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Amal Allana, director of Art Heritage, a gallery that has extensively shown print works of modernists and contemporary artists, rejects the idea of prints being exact copies of the original. “There could be a slight variation in colour, or the amount of the ink used, or the pressure the artist exerts on the press. So, there could be either a marked or a nuanced difference from one print edition to the next” says Allana about each print edition being unique in its own right.

Contemporary artist Waswo X Waswo has a keen interest in contemporary print making, both by ways of practice and building a significant personal collection. He feels that printmakers often think that people do not understand printmaking, but that is not so true. “I think most collectors understand the processes, but fear the editions. I wish printmakers would be less obsessed with trying to get the public to understand their process, but focus on their concepts and compositions,” he says.

However, with exhibitions such as Living a Dark Night, there is a renewed interest within the art ecosystem towards accepting and celebrating this medium. According to Sengupta, artists have realised that printmaking, like all other mediums, is a means to achieve an end, and can be used for its aesthetic and conceptual possibilities. “Even editions can been made to work to conceptual advantage, rather than as a detriment,” she says. Many of the boundaries that defined the medium are now being broken. And Allana feels the digital age has only helped the cause for hand printing. “I think people today have begun to appreciate the fact and have begun to see that a ‘print’ is, in fact, an original. This understanding has increased as we have entered the digital age when exact copies are possible,” she says.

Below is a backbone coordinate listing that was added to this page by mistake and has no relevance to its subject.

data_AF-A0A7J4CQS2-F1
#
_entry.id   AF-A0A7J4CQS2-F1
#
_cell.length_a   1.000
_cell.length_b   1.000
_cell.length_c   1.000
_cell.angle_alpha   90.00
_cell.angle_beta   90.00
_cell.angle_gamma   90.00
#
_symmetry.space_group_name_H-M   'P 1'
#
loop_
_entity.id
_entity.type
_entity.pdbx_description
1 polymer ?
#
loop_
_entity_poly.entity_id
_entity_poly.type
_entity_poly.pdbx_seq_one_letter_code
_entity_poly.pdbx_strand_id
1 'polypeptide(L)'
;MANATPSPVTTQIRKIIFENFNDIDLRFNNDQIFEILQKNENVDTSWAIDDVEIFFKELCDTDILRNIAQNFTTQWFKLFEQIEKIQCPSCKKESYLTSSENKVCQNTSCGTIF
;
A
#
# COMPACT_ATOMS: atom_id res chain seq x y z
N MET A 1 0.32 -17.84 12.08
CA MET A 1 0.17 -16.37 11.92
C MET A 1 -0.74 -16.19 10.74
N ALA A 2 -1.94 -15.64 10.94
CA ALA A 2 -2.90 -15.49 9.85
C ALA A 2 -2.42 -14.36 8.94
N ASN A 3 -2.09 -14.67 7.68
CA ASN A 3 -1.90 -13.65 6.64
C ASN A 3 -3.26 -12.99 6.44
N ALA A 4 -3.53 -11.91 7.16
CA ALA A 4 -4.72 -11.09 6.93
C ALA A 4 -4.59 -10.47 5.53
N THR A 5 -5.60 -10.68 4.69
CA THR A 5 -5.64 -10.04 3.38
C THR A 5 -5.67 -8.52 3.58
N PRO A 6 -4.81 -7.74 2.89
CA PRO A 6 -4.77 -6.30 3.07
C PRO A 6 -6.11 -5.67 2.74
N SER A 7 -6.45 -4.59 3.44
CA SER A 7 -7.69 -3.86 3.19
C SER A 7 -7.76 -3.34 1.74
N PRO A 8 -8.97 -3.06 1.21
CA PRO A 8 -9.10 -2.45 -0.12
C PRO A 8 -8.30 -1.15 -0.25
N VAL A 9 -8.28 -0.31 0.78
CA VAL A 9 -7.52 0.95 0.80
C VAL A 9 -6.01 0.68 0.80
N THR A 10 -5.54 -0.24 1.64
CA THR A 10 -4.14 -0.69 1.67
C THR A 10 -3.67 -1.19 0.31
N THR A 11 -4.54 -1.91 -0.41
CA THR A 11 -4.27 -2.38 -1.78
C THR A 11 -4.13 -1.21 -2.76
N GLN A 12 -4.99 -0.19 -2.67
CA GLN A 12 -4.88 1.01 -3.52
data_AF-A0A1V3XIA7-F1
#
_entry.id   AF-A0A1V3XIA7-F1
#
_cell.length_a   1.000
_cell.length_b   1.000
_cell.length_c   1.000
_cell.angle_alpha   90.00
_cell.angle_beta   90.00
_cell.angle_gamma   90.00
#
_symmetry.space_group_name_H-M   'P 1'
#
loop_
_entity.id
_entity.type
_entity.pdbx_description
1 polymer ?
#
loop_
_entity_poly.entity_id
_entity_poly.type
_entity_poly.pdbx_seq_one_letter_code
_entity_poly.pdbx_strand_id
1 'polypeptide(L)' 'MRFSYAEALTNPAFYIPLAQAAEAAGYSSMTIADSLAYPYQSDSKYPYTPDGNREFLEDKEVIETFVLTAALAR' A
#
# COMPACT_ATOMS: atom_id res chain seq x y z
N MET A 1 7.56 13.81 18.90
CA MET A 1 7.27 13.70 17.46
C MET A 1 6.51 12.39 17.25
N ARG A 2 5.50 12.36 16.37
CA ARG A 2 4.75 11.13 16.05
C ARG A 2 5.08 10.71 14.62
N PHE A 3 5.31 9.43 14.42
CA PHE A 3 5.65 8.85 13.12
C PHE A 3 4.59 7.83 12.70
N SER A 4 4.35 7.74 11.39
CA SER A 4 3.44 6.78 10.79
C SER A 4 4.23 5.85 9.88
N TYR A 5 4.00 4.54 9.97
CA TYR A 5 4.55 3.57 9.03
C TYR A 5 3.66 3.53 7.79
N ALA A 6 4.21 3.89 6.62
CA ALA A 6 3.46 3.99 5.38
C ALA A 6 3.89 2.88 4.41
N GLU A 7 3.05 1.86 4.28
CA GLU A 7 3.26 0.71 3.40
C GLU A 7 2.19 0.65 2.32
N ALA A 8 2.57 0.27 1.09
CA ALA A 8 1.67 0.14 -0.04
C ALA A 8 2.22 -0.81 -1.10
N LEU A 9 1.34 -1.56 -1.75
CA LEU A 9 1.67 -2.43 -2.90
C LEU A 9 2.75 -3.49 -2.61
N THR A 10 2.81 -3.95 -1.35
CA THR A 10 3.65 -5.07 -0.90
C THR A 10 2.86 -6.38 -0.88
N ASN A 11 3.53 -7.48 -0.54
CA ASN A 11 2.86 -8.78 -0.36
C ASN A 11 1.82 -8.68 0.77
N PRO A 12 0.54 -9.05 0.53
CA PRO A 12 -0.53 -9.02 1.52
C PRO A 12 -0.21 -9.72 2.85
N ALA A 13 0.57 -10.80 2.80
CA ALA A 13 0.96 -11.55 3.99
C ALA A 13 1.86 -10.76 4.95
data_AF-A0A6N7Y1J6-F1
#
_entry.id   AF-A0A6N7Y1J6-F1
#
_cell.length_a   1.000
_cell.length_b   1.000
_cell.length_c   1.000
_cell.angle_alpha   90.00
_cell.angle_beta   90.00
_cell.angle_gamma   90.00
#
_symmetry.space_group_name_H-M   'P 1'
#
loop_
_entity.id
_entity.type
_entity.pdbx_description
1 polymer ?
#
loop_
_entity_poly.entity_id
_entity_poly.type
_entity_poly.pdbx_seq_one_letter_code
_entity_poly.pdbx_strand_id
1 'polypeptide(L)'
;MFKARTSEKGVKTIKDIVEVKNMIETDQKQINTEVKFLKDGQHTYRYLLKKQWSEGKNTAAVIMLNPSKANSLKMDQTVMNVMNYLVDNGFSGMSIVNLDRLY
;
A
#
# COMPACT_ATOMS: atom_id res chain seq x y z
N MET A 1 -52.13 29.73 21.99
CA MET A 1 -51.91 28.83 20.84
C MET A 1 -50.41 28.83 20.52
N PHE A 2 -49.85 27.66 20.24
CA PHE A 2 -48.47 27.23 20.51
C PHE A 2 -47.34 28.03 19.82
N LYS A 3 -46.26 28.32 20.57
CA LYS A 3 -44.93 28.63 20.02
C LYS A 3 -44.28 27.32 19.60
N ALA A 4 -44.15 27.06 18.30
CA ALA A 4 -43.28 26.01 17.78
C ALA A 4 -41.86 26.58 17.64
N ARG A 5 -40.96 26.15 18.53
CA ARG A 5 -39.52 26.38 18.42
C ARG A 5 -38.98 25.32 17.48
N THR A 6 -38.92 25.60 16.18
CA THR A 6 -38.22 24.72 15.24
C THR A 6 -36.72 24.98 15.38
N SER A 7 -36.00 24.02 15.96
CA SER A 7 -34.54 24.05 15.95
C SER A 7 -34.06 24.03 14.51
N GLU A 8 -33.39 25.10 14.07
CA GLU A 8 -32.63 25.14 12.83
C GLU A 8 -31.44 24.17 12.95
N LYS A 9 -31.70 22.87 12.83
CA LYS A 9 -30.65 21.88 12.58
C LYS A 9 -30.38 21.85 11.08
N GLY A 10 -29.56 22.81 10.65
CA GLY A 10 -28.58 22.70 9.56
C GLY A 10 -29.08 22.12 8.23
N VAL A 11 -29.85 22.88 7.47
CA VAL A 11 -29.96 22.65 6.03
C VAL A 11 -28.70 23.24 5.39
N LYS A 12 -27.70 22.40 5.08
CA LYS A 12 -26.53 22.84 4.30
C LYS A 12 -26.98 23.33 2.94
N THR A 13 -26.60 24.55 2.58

Shivangi Ladha, a 31-year-old Mumbai-based printmaker, currently on a residency in Spain, believes that artists themselves are the biggest game changers. “In the past five years the printmaking scene in India has blossomed dramatically. There are artist-led printmaking studios such as Art Buzz, IndiaPrintmaker House, and The Pulp Society ,which did not exist before. For an independent artist to have a printing setup can be expensive, hence the need for shared infrastructure of studios,” says Ladha. The studios have also become a catalyst for dialogue between artists, curators, gallerists, and collectors. It is an inclusive space that inspires critique and collaboration. The studios educate about the medium of printmaking by organising workshops, presentations, and exhibitions. This leads to the more awareness about the medium, hence more acceptance.

Sengupta feels that artists are excited by technology and will take this medium further. Take, for instance, Archana Hande, who has turned digital technology to advantage, bringing it together with traditional printmaking to make large-scale installation works and animation films. works. All is fair in magic white is a 2009-animation work where Hande used textile block-printing technique to create an immersive experience. The technique itself is age old but is now being used in digitised format for industrial production of fabric. The video animation work is a commentary on economic migration and displacement. 

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Allana states that practices of Tejswani Sonawane, who projects a moving image on a woodcut image printed on fabric to create a three-dimensional installations, and of Kavita Jaiswal, who combines her abstract prints with photographs to shoot them on video, are innovative uses of the genre. Ladha herself used printmaking in artist books, on textile, interactive installations, and printed directly on the walls. “I like my prints to be free and unrestricted,” she says.

Living A Dark Night is on till 24 March at Gallery Espace, New Delhi